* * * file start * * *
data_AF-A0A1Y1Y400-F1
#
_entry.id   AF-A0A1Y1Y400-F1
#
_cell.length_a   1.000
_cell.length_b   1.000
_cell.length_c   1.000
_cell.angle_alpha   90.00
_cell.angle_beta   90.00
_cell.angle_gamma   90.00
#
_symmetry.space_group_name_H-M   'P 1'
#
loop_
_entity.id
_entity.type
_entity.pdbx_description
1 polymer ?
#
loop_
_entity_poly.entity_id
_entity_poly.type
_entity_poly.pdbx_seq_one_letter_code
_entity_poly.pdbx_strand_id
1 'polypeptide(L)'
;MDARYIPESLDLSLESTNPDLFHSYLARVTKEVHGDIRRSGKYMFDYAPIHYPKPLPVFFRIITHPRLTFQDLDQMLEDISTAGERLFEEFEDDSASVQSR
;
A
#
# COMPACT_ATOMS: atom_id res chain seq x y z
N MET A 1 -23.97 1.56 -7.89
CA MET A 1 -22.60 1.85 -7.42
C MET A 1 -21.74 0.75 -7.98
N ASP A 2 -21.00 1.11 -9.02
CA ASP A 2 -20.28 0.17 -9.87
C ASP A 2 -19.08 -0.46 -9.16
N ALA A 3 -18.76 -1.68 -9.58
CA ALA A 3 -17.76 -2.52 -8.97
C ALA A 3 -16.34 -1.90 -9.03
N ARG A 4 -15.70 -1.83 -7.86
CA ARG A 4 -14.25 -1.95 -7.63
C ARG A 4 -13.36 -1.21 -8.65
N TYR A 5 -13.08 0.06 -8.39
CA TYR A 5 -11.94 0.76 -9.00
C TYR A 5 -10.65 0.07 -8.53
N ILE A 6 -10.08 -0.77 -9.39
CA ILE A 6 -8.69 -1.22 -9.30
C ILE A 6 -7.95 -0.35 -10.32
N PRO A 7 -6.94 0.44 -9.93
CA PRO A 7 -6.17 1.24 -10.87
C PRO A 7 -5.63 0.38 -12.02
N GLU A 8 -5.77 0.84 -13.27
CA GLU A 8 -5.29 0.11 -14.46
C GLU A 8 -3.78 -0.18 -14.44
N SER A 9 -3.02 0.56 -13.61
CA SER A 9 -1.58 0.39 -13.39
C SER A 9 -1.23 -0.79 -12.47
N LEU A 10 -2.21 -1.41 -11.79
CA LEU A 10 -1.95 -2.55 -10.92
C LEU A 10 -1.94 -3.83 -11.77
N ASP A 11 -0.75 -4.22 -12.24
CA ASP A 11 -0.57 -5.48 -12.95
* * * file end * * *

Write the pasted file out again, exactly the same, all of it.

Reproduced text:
data_AF-A0A1Y1Y400-F1
#
_entry.id   AF-A0A1Y1Y400-F1
#
_cell.length_a   1.000
_cell.length_b   1.000
_cell.length_c   1.000
_cell.angle_alpha   90.00
_cell.angle_beta   90.00
_cell.angle_gamma   90.00
#
_symmetry.space_group_name_H-M   'P 1'
#
loop_
_entity.id
_entity.type
_entity.pdbx_description
1 polymer ?
#
loop_
_entity_poly.entity_id
_entity_poly.type
_entity_poly.pdbx_seq_one_letter_code
_entity_poly.pdbx_strand_id
1 'polypeptide(L)'
;MDARYIPESLDLSLESTNPDLFHSYLARVTKEVHGDIRRSGKYMFDYAPIHYPKPLPVFFRIITHPRLTFQDLDQMLEDISTAGERLFEEFEDDSASVQSR
;
A
#
# COMPACT_ATOMS: atom_id res chain seq x y z
N MET A 1 -23.97 1.56 -7.89
CA MET A 1 -22.60 1.85 -7.42
C MET A 1 -21.74 0.75 -7.98
N ASP A 2 -21.00 1.11 -9.02
CA ASP A 2 -20.28 0.17 -9.87
C ASP A 2 -19.08 -0.46 -9.16
N ALA A 3 -18.76 -1.68 -9.58
CA ALA A 3 -17.76 -2.52 -8.97
C ALA A 3 -16.34 -1.90 -9.03
N ARG A 4 -15.70 -1.83 -7.86
CA ARG A 4 -14.25 -1.95 -7.63
C ARG A 4 -13.36 -1.21 -8.65
N TYR A 5 -13.08 0.06 -8.39
CA TYR A 5 -11.94 0.76 -9.00
C TYR A 5 -10.65 0.07 -8.53
N ILE A 6 -10.08 -0.77 -9.39
CA ILE A 6 -8.69 -1.22 -9.30
C ILE A 6 -7.95 -0.35 -10.32
N PRO A 7 -6.94 0.44 -9.93
CA PRO A 7 -6.17 1.24 -10.87
C PRO A 7 -5.63 0.38 -12.02
N GLU A 8 -5.77 0.84 -13.27
CA GLU A 8 -5.29 0.11 -14.46
C GLU A 8 -3.78 -0.18 -14.44
N SER A 9 -3.02 0.56 -13.61
CA SER A 9 -1.58 0.39 -13.39
C SER A 9 -1.23 -0.79 -12.47
N LEU A 10 -2.21 -1.41 -11.79
CA LEU A 10 -1.95 -2.55 -10.92
C LEU A 10 -1.94 -3.83 -11.77
N ASP A 11 -0.75 -4.22 -12.24
CA ASP A 11 -0.57 -5.48 -12.95